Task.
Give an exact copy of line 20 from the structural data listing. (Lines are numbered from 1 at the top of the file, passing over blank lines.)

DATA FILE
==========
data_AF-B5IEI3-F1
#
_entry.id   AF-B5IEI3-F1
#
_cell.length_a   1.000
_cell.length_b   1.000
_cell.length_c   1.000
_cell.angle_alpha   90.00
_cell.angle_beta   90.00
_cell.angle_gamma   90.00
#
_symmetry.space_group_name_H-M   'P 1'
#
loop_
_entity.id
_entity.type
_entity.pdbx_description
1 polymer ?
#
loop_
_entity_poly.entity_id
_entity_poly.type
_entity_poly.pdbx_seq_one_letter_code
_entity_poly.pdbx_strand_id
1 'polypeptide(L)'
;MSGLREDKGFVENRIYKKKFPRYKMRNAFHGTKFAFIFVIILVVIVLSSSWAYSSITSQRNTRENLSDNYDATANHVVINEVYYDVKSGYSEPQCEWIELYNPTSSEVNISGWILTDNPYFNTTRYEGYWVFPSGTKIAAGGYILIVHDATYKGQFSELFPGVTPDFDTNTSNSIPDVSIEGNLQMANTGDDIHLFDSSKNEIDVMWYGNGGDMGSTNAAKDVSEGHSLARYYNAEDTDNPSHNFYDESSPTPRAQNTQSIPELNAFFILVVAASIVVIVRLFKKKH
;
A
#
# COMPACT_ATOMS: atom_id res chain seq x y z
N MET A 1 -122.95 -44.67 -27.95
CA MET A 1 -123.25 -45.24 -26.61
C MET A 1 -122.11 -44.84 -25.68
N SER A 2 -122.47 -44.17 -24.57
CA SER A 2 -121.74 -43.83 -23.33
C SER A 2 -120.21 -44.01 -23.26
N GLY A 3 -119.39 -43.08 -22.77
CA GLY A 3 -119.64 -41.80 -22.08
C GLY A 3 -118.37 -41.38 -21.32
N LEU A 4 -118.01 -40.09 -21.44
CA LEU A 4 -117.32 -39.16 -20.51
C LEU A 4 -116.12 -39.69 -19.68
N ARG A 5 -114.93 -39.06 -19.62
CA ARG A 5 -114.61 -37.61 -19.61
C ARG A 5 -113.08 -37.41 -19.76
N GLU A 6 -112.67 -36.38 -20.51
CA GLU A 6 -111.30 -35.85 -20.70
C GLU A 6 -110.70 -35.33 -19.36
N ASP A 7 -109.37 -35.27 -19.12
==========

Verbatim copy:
loop_